Bags of Warmth

Categories: Sewing.

The January thaw is over and the temperatures are falling, falling, falling.   This kind of weather just makes you want to get cozy with a shawl or an afghan and a little added warmth.  I’ve been making these rice bags or stress bags for a few years now.  In fact one year I think everyone on my Christmas list got at least one of some shape or other.  Now you can go out and buy these items but I’m the sort of person that will look at an idea and think to myself “I can make that for less money.”

ricebags2

All you need are some pieces of material, some rice and a few minutes at the sewing machine.

To make the bottom bag you need a piece of fabric about 35 cm. long (about 14 inches) and about 15 cm. wide (6 inches). The best types of fabric are cotton or towelling. Fold material in half (right sides together) and stitch around the edges leaving the end open. Turn inside out. Fold the top edges in about 1 cm. (half inch) in and stitch down the middle of the bag. This will give you two long tunnels. Fill each tunnel with rice (not the quick cook type). Stitch the end closed.

Warm by placing in microwave for 1 or 2 minutes. Check as temperature depends on your microwave.

The top rice bag fits around the neck and rests on the shoulders  I’m showing it separately with a rough pattern outline which was cut on the fold.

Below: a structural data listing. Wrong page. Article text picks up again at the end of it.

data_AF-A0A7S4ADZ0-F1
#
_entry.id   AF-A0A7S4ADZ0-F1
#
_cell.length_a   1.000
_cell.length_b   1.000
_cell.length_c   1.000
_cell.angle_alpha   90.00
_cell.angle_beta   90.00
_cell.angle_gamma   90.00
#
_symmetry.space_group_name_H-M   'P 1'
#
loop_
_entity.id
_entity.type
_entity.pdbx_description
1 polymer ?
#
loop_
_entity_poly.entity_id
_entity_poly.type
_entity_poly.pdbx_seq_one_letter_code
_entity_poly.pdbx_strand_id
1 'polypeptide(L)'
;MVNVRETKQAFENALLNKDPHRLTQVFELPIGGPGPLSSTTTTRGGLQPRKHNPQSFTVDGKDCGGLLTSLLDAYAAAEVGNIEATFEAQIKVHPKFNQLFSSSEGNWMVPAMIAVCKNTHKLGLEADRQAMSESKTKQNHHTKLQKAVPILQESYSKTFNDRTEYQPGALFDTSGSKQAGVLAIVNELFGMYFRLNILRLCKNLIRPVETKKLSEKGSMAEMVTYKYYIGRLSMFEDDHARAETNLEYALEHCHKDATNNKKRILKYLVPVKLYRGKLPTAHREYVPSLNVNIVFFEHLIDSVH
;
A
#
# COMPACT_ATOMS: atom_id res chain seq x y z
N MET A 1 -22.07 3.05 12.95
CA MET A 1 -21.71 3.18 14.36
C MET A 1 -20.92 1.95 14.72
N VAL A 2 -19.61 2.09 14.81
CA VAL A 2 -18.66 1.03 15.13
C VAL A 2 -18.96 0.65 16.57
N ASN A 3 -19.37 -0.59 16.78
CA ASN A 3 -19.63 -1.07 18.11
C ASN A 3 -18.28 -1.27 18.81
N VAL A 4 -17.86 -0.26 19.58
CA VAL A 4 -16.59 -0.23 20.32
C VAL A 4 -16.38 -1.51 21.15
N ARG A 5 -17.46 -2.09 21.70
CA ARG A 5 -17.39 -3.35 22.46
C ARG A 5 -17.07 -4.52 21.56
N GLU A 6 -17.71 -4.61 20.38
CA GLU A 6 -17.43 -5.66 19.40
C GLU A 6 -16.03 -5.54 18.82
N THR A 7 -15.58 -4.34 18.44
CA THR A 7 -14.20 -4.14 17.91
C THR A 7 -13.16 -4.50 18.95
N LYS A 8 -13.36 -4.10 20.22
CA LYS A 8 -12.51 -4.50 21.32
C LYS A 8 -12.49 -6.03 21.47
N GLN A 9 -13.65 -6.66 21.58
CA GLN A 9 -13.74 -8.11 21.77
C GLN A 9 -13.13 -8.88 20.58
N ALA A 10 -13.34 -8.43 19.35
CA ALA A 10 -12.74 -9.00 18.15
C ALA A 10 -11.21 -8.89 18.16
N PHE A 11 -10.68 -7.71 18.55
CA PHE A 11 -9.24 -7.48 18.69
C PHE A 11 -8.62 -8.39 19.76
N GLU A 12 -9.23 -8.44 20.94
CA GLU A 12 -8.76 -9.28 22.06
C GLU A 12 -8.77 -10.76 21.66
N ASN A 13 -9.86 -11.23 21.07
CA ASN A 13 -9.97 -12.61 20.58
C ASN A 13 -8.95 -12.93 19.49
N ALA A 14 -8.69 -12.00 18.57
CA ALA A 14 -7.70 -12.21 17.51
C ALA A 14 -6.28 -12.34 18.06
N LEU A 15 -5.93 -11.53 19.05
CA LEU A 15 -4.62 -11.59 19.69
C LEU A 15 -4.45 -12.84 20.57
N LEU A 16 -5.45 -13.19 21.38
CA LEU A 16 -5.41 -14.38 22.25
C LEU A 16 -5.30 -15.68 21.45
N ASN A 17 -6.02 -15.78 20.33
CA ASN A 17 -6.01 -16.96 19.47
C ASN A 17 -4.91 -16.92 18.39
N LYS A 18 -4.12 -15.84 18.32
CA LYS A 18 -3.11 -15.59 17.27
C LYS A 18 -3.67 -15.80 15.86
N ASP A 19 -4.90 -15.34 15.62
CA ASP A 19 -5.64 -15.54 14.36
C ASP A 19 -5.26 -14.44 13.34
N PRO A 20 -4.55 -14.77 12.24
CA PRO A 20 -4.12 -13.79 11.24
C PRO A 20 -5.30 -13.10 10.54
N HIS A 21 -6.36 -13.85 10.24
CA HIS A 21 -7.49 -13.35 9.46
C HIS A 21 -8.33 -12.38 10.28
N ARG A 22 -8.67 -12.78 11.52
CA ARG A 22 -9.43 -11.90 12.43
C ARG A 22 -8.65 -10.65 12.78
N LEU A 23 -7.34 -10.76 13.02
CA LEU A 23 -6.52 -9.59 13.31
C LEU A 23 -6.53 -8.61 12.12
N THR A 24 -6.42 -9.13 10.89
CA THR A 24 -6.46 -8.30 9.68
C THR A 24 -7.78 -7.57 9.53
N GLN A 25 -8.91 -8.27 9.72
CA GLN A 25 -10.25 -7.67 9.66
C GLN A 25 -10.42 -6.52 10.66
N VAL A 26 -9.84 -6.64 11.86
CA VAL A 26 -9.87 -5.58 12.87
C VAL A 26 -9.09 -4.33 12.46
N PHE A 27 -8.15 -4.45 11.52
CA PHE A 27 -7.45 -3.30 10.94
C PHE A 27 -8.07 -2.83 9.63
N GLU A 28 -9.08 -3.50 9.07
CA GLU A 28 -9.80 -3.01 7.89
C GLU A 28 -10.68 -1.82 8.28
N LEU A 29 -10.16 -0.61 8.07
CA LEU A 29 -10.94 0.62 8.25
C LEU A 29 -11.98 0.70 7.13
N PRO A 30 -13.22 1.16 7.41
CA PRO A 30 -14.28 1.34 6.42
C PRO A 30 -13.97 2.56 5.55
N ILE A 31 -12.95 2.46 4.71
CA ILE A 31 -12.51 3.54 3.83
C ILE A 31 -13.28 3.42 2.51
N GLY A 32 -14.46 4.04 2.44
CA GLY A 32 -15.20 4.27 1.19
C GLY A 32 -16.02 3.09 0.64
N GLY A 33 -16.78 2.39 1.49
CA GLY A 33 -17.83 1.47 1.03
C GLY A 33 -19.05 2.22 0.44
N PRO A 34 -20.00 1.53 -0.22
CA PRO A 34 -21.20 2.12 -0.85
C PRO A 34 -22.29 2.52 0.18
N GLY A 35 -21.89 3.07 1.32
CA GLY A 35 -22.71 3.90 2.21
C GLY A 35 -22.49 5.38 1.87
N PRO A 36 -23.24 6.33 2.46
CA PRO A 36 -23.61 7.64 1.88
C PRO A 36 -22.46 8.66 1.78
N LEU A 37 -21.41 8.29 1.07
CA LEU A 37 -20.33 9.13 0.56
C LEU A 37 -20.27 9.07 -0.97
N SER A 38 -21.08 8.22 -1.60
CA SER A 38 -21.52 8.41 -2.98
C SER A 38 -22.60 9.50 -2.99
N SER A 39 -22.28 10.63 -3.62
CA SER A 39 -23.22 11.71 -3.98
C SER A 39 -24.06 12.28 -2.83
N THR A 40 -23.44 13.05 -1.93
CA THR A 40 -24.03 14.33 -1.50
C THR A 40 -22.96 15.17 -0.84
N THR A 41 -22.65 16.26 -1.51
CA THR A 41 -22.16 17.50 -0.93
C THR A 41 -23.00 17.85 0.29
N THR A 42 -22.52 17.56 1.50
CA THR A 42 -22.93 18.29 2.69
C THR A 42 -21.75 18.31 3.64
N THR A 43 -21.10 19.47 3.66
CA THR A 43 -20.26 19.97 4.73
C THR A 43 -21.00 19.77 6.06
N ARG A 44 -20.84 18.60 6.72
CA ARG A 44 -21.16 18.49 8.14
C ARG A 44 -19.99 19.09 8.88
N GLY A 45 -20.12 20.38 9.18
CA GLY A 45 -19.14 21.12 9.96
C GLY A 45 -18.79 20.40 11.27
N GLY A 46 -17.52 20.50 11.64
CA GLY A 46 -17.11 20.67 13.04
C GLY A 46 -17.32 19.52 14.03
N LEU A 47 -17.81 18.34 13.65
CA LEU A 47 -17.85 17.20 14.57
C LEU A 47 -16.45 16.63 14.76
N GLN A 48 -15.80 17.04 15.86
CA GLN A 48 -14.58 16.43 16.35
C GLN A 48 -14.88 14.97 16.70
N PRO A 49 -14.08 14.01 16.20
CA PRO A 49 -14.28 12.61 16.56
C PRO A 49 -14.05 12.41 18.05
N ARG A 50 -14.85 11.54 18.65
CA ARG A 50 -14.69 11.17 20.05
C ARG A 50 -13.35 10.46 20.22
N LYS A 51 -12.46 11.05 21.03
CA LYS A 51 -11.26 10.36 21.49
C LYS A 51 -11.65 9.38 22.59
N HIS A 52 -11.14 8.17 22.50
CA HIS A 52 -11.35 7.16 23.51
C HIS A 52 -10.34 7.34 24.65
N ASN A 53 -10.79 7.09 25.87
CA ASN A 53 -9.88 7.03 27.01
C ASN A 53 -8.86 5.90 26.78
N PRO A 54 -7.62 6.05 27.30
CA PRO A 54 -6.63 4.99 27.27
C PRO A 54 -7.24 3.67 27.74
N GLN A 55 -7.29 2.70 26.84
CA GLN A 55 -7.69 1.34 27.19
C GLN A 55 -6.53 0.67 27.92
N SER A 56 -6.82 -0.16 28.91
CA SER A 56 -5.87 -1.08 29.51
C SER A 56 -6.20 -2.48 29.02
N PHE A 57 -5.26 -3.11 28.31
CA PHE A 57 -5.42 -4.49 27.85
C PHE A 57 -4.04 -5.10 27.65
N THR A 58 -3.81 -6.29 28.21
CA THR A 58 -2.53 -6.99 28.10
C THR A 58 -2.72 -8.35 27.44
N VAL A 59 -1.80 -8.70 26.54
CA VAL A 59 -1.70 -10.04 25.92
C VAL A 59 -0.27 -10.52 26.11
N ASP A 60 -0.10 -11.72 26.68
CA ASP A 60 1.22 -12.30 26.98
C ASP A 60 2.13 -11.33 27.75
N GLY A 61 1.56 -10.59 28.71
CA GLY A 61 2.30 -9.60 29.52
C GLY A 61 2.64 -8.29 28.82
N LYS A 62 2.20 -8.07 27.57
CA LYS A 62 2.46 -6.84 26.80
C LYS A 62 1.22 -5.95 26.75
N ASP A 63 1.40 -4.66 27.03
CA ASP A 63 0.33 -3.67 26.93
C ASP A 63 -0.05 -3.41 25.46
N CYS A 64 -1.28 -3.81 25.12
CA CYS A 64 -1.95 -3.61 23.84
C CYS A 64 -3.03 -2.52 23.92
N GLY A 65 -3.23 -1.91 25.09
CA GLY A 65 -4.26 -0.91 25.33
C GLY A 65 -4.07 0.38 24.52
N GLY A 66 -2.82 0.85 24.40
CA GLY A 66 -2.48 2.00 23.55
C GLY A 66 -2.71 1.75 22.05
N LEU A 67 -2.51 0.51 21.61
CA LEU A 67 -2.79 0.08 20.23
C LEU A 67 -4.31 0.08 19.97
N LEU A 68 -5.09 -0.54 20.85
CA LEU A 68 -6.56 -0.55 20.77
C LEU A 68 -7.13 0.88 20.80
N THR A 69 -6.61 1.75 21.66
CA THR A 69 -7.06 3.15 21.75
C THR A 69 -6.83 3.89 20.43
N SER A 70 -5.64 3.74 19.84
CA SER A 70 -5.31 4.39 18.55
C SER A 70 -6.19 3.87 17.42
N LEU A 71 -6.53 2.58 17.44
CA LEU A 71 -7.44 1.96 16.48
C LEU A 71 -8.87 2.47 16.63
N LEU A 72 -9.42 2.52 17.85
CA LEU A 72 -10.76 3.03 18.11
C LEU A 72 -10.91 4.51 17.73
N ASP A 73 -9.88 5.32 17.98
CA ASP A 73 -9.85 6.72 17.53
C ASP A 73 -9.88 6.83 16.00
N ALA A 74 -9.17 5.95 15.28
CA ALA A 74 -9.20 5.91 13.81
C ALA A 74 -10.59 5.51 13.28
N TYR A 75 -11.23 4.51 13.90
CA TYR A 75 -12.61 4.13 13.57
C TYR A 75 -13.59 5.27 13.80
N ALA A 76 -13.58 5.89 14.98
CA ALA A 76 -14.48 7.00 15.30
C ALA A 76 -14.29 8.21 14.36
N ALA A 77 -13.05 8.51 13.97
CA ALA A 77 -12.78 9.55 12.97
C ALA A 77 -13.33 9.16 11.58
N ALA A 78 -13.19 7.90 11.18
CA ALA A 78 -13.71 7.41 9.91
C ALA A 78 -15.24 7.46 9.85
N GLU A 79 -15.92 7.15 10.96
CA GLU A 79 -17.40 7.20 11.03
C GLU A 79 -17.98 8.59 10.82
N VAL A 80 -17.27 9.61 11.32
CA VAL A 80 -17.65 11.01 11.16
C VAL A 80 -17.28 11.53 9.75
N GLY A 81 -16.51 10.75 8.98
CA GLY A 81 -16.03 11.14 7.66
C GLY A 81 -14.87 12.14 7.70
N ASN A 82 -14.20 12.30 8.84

stressbag01   stressbagpattern

The pattern is like a large letter C. It measures about 37 cm. long (15 inches ) but has the extra ends that will sit on your shoulders. At the widest part it is about 20 cm. in width ( 8 inches). Put right sides of fabric together and stitch around the edge, leaving a small opening to enable you to turn the bag right side out.  Follow directions above for warming.  It fits nicely around your neck and you can feel the nice soothing warmth immediately.

heat packs filled with rice, warm in the microwave

These bags can be heated over and over again. When you decide to replace the rice, all you need to do is open up one of the ends, pour out the old rice into the composter and refill with fresh rice.  These rectangular ones are great for tucking behind your back.  You can even warm them up and pop them into your bed and your feet will be toasty warm.

The shape and size of the bag is only limited by your own imagination. There are small round or rectangular ones to tuck inside your mittens. Or how about a fun shape, like a fish or a bear for a young child to take to bed.

Stay warm as the winter chill sets back in.

I’m sharing with Sew Cute TuesdaysFO Friday and  Fibre Arts Friday